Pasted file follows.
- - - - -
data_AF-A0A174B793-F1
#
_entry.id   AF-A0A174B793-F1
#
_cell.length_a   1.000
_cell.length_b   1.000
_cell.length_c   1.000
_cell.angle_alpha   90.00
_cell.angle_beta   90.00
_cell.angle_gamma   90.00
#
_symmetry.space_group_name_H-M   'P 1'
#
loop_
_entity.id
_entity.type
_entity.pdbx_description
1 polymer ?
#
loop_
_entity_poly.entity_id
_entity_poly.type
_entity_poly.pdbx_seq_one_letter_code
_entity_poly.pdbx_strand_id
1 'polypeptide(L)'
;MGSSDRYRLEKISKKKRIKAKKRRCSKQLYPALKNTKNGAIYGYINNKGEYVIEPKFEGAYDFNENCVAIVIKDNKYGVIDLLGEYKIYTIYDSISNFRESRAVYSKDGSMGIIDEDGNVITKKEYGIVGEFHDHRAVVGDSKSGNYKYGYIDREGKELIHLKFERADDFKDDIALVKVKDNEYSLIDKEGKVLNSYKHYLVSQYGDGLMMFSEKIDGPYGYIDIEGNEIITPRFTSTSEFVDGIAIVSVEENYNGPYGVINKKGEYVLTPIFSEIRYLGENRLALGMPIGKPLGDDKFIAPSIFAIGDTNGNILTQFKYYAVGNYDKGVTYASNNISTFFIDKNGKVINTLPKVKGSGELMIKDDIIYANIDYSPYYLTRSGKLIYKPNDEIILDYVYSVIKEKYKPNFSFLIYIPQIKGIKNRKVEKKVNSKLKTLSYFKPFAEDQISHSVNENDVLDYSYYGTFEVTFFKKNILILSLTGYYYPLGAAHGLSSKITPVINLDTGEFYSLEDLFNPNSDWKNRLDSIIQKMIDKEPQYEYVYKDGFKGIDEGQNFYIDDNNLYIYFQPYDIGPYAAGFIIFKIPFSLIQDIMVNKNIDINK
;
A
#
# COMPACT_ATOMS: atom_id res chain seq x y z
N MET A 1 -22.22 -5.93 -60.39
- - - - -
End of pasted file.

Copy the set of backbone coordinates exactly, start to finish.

data_AF-A0A174B793-F1
#
_entry.id   AF-A0A174B793-F1
#
_cell.length_a   1.000
_cell.length_b   1.000
_cell.length_c   1.000
_cell.angle_alpha   90.00
_cell.angle_beta   90.00
_cell.angle_gamma   90.00
#
_symmetry.space_group_name_H-M   'P 1'
#
loop_
_entity.id
_entity.type
_entity.pdbx_description
1 polymer ?
#
loop_
_entity_poly.entity_id
_entity_poly.type
_entity_poly.pdbx_seq_one_letter_code
_entity_poly.pdbx_strand_id
1 'polypeptide(L)'
;MGSSDRYRLEKISKKKRIKAKKRRCSKQLYPALKNTKNGAIYGYINNKGEYVIEPKFEGAYDFNENCVAIVIKDNKYGVIDLLGEYKIYTIYDSISNFRESRAVYSKDGSMGIIDEDGNVITKKEYGIVGEFHDHRAVVGDSKSGNYKYGYIDREGKELIHLKFERADDFKDDIALVKVKDNEYSLIDKEGKVLNSYKHYLVSQYGDGLMMFSEKIDGPYGYIDIEGNEIITPRFTSTSEFVDGIAIVSVEENYNGPYGVINKKGEYVLTPIFSEIRYLGENRLALGMPIGKPLGDDKFIAPSIFAIGDTNGNILTQFKYYAVGNYDKGVTYASNNISTFFIDKNGKVINTLPKVKGSGELMIKDDIIYANIDYSPYYLTRSGKLIYKPNDEIILDYVYSVIKEKYKPNFSFLIYIPQIKGIKNRKVEKKVNSKLKTLSYFKPFAEDQISHSVNENDVLDYSYYGTFEVTFFKKNILILSLTGYYYPLGAAHGLSSKITPVINLDTGEFYSLEDLFNPNSDWKNRLDSIIQKMIDKEPQYEYVYKDGFKGIDEGQNFYIDDNNLYIYFQPYDIGPYAAGFIIFKIPFSLIQDIMVNKNIDINK
;
A
#
# COMPACT_ATOMS: atom_id res chain seq x y z
N MET A 1 -22.22 -5.93 -60.39